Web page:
The respondent was engaged in the public function of imparting education to students and the same was contended to be subject to the jurisdiction of Article 226 in light of the established precedents. The respondent was a “Deemed University” and thus governed by the University Grants Commission. The respondent University contended that if the Court viewed them as a State, then all parties related to the respondents would start invoking writ jurisdiction against them.
The Court relied on the Amenability Test propounded by De Smith (Judicial Review, 7th Edition), which incorporated the complementary principles of - source of power and characteristics of functions. The Supreme Court while previously considering the status of a trust that received governmental aid and imparted education, held that the function was public in nature.  Mandamus could not be issued if the rights and duties were of a private nature. However, the trust derived its funds from the government and was regulated by its affiliating University who supervised its activities. Decisions of the University would be binding upon the Educational Trust and such a relationship could not be seen as private in character. The judgment also added that the term “authority” under Article 226 would have to be construed liberally as compared to the term under Article 12 as it entailed both fundamental and non-fundamental rights.
The essential ingredient would be the nature of the duty and the positive obligation it imposes and not the form by which it has been imposed. Reference was then made to the ratio in Zee Telefilms Ltd. & Anr. v. Union of India & Ors., (2005) 4 SCC 649, which considered the status of BCCI as a state. Despite holding the answer in negative, the court held that an aggrieved party could always take the recourse of other remedies of law or the jurisdiction under Article 226 which is much wider than the power under Article 32.
It was thus held that the Division Bench of the High Court was erred in its opinion by holding that the respondent could not be subject to the jurisdiction of Article 226. The respondent was a “Deemed University” according to Section 3 of the UGC. This meant that the UGC’s decisions would be binding upon the respondent and that it would govern its functioning. The Court held that once an institution is declared a “Deemed University” it would be an authority under Article 12 as it carried out a public function of imparting education. Thus, the institution will be subject to the writ jurisdiction of High Courts under Article 226.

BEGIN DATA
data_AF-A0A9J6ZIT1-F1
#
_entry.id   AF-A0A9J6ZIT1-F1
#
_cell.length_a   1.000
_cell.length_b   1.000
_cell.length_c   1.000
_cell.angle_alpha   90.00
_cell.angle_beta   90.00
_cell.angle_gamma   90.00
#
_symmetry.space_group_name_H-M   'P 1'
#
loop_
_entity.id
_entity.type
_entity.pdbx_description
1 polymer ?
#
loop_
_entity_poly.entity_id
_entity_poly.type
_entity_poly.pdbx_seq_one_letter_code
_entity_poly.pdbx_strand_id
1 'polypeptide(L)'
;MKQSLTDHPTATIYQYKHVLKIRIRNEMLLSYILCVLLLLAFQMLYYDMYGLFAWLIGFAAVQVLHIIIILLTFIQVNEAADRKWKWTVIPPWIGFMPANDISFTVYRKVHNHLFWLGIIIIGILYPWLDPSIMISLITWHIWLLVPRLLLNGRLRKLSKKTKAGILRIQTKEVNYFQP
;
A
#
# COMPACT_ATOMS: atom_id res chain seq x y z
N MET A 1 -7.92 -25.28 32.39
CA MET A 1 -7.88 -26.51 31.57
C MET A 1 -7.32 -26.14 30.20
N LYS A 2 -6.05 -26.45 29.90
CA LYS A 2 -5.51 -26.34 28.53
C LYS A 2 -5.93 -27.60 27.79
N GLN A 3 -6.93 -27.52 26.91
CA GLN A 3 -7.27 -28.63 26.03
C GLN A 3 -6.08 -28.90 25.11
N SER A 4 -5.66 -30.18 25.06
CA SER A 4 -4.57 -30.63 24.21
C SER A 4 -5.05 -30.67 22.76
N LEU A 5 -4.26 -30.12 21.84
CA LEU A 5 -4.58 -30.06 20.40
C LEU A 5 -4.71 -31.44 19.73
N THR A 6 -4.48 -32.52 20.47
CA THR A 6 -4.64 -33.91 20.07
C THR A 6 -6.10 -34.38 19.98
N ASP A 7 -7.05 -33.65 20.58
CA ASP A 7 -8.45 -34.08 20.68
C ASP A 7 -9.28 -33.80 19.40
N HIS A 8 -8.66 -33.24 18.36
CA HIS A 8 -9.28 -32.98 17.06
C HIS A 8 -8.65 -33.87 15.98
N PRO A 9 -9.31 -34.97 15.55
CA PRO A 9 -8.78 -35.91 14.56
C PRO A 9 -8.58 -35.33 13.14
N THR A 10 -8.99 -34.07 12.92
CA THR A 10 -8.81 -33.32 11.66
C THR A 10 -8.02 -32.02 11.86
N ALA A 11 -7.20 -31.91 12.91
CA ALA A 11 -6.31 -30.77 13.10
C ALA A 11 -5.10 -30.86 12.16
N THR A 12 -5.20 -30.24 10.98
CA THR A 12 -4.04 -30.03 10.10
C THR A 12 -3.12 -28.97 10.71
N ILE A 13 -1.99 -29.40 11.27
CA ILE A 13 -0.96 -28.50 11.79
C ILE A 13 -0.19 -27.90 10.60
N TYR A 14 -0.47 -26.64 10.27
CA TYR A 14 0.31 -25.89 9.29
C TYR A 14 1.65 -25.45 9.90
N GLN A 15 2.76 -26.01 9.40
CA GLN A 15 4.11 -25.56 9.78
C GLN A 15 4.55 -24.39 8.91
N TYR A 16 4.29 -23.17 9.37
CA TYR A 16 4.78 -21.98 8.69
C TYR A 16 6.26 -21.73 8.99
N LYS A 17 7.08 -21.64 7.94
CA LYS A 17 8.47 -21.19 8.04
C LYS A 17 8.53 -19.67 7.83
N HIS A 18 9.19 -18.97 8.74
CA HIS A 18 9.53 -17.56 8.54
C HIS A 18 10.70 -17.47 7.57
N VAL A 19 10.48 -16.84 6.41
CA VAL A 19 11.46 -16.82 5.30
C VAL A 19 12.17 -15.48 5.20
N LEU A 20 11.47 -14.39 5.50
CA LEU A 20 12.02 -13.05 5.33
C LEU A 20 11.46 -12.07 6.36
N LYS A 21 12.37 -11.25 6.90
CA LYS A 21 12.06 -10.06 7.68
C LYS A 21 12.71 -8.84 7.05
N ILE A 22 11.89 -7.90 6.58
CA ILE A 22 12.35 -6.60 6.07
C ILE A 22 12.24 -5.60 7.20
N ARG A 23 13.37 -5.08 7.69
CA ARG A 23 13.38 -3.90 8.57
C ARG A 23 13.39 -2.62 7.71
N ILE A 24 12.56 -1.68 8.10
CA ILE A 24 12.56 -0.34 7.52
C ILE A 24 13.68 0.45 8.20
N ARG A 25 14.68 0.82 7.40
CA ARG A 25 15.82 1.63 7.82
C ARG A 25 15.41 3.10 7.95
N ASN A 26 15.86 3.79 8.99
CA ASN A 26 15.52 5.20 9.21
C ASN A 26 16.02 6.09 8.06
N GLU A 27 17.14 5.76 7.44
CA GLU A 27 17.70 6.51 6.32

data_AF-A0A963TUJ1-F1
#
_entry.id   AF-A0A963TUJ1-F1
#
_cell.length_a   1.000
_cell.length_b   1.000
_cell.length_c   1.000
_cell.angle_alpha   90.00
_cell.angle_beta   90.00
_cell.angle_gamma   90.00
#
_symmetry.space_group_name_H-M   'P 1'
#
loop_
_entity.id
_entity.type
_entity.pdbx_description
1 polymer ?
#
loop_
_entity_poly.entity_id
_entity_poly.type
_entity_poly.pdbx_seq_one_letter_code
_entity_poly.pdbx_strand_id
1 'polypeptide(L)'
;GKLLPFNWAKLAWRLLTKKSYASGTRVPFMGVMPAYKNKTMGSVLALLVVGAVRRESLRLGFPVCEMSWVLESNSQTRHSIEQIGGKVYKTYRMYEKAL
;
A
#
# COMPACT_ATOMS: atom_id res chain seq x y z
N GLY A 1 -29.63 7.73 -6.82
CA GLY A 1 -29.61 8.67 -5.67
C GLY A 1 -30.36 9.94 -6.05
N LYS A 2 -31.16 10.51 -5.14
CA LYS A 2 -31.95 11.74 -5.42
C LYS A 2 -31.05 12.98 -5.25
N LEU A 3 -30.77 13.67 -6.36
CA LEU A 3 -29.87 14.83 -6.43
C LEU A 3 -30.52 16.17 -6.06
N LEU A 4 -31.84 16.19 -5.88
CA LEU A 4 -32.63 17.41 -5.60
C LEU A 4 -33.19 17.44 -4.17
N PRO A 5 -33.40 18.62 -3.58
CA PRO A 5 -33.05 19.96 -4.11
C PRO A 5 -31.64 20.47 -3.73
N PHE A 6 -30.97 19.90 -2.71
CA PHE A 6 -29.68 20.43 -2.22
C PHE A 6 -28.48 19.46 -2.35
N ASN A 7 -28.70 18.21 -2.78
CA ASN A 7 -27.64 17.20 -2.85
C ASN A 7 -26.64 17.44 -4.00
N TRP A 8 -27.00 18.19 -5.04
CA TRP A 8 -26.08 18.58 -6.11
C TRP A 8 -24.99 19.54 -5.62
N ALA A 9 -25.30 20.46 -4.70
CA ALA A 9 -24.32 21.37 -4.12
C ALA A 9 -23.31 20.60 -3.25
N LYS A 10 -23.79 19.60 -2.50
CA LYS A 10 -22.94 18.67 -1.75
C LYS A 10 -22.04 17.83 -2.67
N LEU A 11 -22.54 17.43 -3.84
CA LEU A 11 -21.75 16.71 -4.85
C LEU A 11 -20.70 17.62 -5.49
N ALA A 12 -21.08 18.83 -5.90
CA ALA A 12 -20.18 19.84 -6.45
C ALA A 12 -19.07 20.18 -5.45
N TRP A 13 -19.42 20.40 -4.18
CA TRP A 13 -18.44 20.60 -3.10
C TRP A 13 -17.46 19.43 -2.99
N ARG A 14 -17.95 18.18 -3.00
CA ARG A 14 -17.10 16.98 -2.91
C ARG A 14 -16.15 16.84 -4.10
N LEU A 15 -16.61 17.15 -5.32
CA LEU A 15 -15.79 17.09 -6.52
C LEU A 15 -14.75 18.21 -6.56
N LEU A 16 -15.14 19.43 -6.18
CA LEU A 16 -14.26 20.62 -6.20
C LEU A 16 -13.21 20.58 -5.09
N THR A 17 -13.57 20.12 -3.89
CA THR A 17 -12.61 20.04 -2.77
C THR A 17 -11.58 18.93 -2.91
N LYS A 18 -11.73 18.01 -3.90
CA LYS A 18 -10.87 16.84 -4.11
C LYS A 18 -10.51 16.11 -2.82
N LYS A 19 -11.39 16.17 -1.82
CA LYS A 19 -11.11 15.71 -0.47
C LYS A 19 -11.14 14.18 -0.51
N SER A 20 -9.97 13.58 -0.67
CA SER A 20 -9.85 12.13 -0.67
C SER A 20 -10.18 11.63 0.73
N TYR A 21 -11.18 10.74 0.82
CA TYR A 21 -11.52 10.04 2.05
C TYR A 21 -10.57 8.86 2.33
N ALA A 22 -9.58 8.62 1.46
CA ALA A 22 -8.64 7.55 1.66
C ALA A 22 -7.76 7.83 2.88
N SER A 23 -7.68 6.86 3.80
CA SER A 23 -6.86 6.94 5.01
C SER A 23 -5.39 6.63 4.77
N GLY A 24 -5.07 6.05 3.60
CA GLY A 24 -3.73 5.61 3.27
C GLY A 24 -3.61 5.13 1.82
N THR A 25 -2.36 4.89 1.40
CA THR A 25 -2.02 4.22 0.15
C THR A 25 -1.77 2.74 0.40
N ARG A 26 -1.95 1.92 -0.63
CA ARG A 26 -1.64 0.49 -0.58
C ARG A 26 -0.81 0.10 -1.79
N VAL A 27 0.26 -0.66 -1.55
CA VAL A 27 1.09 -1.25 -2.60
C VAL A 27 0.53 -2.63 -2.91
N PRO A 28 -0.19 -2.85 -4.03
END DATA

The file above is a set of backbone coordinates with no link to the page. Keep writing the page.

The respondent relied on the T.M.A. Pai Foundation & Ors. v. State of Karnataka & Ors., (2002) 8 SCC 481, to hold that even if it was maintainable, it should not be heard on merits and instead be redirected to a District Judge. The Court acknowledged the same but decided against it as the Single Judge bench had entertained the petition. The issue was hence remanded to the Division bench of the Madras High Court to be decided on merits.
The Division Bench of the Supreme Court expressly held that it merely answered the question as to the maintainability of the petition and did not delve into the merits. The respondent University performed a public function by imparting education and being governed by the UGC resulted in it being another authority against whom fundamental rights and writs were exercisable. Interpretation of the term “other authorities” has undergone a fundamental shift as it has strayed away from the erstwhile application of ejusdem generis to a more progressive one that relies on the type of function and the level of governmental control.
 Sabeeha Faikage v. Union of India, AIR 2013 SC 189.
 Tekraj v. Union of India, AIR 1988 SC 469.
 Andi Mukta Sadguru Shree Muktajee Vandas Swami Suvarna Jayanti Mahotsav Smarak Trust & Ors. v. V.R. Rudani & Ors., (1989) 2 SCC 691.